There were mad sprints from one drill to another, UCLA players announcing the name of their next practice assignment with a collective shout.
Near one sideline, defensive line coach Vince Oghobaase stood on the back of a blocking sled and insisted that the wide-bodied players in front of him strike the contraption with “extreme violence.”
Coach Chip Kelly roamed the field while taking it all in Saturday morning, continually twirling a whistle around his hand.
The mechanics of the Bruins’ 19th and final training camp session strongly resembled those of the first. Maybe that should have been expected from the coach who believes in repetition to the point of exhaustion.
The contrast that struck left guard Michael Alves was the difference in execution from the chaos of the camp’s opening weeks.
“There are some guys a week ago who didn’t even know the most basic concepts in our offense and now they’re spitting out terms like they’ve known it all year,” Alves said after the Bruins broke camp. “ … Everyone’s just a lot sharper now.”
Of course, knowing what they will run against Cincinnati in their Sept. 1 season opener at the Rose Bowl doesn’t mean the Bruins know who will be running it. Alves said the depth chart remained a mystery, with the quarterbacks vying for the starting job still being paired with every string of the offense.
“The problem that we’re having is everyone is still getting better,” Alves said. “So it’s hard to say, ‘Well, this guy’s the starter’ because the guy behind him is getting better and better.”
Kelly said Friday he would meet with his staff Sunday to evaluate potential starters at every position. The coach acknowledged being pleased with the growth of a team laden with newcomers, including 35 true freshmen.
“There’s a lot of guys when you watch make a mistake Day 2, you don’t see it in Day 3,” Kelly said. “So it’s been a fun process to watch them develop .”
Whatever offense UCLA runs against the Bearcats, it’s expected to be fast. Almost every player who met with reporters over the last few weeks spoke of a tempo that had turned practices into a blur.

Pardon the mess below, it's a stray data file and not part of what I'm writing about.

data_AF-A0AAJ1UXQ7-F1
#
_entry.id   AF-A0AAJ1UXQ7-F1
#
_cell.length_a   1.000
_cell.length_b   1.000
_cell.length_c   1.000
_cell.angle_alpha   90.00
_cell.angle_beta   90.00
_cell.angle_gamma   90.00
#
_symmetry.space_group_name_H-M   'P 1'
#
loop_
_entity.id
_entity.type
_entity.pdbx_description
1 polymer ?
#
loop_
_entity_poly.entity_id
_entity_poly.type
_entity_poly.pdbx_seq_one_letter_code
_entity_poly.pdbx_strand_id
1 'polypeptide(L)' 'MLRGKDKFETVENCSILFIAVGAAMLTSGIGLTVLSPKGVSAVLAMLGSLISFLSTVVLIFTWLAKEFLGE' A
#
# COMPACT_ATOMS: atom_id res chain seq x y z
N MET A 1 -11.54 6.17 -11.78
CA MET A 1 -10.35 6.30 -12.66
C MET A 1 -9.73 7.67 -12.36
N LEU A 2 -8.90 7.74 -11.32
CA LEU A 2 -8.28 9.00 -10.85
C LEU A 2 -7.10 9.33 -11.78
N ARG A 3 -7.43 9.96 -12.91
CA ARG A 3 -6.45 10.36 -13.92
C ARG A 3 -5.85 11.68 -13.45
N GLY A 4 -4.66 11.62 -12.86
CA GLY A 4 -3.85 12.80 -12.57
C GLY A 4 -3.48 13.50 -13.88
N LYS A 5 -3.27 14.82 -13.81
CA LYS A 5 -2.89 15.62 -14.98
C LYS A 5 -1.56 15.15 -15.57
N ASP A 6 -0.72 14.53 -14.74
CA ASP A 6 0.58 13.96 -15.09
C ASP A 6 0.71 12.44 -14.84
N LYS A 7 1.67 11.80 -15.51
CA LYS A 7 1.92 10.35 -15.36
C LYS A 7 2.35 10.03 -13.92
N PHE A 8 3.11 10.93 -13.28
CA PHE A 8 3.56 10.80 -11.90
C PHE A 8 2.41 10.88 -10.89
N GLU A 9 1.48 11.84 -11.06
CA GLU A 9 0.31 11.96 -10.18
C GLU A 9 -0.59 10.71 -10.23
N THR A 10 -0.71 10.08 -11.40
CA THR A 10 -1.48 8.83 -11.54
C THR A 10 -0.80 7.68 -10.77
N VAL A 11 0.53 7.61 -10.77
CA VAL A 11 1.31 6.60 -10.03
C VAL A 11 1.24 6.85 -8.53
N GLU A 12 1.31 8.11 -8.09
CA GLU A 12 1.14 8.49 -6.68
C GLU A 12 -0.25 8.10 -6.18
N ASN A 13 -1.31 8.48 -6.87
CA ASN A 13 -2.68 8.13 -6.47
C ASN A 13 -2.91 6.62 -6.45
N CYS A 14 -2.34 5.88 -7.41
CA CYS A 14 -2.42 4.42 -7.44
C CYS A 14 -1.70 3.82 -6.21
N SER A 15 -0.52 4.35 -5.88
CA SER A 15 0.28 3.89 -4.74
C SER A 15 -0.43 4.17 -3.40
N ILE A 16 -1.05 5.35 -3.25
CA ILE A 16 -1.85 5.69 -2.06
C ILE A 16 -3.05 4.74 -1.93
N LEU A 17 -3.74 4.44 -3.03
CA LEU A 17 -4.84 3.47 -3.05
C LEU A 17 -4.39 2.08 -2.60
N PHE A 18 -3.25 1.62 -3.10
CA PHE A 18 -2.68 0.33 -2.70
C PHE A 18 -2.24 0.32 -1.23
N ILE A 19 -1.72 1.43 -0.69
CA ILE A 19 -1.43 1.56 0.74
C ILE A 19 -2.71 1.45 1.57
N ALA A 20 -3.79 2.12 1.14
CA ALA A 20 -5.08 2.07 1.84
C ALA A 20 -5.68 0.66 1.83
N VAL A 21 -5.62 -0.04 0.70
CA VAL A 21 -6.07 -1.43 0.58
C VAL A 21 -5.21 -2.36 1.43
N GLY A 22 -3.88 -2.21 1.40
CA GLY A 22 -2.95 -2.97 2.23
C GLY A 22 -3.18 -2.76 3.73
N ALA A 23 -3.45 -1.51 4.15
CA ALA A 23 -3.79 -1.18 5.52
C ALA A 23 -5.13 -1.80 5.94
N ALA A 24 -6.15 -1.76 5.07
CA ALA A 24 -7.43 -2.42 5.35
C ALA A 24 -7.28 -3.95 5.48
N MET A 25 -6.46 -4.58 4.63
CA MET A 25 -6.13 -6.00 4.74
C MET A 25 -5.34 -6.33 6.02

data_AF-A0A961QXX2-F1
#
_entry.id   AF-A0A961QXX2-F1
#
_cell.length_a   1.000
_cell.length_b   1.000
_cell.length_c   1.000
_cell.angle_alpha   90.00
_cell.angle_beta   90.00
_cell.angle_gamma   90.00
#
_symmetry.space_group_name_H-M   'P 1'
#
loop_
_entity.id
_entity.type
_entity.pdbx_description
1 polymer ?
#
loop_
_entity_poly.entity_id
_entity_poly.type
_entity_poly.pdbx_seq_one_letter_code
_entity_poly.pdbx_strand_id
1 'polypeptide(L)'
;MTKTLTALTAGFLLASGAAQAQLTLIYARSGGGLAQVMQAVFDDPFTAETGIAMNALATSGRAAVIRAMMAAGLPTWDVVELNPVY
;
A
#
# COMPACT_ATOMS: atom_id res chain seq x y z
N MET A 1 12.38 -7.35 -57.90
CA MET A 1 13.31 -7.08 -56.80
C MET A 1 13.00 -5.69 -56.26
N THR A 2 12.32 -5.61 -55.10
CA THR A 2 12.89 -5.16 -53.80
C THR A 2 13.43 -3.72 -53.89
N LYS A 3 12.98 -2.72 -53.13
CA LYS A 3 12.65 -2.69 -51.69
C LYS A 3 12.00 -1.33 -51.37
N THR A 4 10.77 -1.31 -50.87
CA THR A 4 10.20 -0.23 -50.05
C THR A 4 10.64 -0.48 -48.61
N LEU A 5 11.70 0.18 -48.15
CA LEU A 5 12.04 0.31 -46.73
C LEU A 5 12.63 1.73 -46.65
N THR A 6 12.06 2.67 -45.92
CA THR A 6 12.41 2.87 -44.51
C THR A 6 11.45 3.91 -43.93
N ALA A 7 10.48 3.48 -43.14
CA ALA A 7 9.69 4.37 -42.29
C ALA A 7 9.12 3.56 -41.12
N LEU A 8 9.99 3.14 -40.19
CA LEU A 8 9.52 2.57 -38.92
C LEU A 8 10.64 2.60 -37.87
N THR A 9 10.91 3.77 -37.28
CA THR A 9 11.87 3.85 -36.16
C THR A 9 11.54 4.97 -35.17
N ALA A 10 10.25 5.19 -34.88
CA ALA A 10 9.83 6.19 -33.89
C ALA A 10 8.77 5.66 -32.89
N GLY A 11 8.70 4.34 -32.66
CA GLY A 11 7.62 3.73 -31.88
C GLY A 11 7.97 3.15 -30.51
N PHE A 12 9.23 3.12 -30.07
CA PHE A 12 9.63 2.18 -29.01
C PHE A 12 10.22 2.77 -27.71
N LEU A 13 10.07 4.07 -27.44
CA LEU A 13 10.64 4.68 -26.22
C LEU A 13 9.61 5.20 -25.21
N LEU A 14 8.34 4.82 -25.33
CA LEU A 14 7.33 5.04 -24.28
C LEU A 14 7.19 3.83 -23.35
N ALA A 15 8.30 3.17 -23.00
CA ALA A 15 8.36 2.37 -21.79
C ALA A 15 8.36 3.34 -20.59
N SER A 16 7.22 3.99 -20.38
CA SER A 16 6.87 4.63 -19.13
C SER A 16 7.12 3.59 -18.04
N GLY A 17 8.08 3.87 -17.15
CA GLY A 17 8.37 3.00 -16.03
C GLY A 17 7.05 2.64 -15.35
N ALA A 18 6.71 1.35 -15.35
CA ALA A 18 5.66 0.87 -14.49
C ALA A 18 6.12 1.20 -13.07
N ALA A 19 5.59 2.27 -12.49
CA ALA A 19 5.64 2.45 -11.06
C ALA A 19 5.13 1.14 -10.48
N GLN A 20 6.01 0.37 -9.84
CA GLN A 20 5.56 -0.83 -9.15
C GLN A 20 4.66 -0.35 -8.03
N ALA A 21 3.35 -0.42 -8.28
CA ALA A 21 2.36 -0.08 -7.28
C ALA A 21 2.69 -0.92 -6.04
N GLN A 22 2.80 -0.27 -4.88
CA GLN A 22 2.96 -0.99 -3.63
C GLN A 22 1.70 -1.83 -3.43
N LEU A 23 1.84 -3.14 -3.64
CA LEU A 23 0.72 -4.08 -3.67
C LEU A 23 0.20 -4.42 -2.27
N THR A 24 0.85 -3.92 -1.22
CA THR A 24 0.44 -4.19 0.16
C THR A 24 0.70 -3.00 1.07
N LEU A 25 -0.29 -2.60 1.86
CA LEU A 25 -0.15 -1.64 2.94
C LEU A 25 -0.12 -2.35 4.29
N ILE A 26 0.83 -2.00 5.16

But the look of the offense, like the depth chart, remains largely unknown.
“The thing with our offense is, I don’t really know like too much of our style yet,” Alves said. “I know like all the plays we’re running, obviously, but practice has just been really smart, like strategic, so [Kelly] is just getting in as many plays as he can in a certain amount of time. So I don’t know if it’s an indication as to how our offense is going to be run.”
Alves expressed confidence that the team will be able to run the ball, noting that defensive linemen often weren’t getting a hand on tailbacks in practice until they were five yards past the line of scrimmage.
That sort of production was rarely seen the last two seasons, when the Bruins ranked among the worst rushing offenses in the country.
“The past few years, always when we ran a run play I was a little bit skeptical,” Alves said, “but this year I think if they call a run play, I think we can get yards on it.”
Alves said Kelly’s imprint had manifested itself on the team beyond the playbook, including enhanced camaraderie and accountability.
“If one person screws up,” Alves said, “people are going to get on him and that person’s going to know that they’re just getting on them because they want them to be better, so I think everyone’s going to improve.”
Having persevered through his first three weeks as a Bruin, freshman quarterback Dorian Thompson-Robinson posted highlight video footage on Instagram, including touchdown passes he threw to Chase Cota and Demetric Felton.
His next meaningful passes could come in less than a week.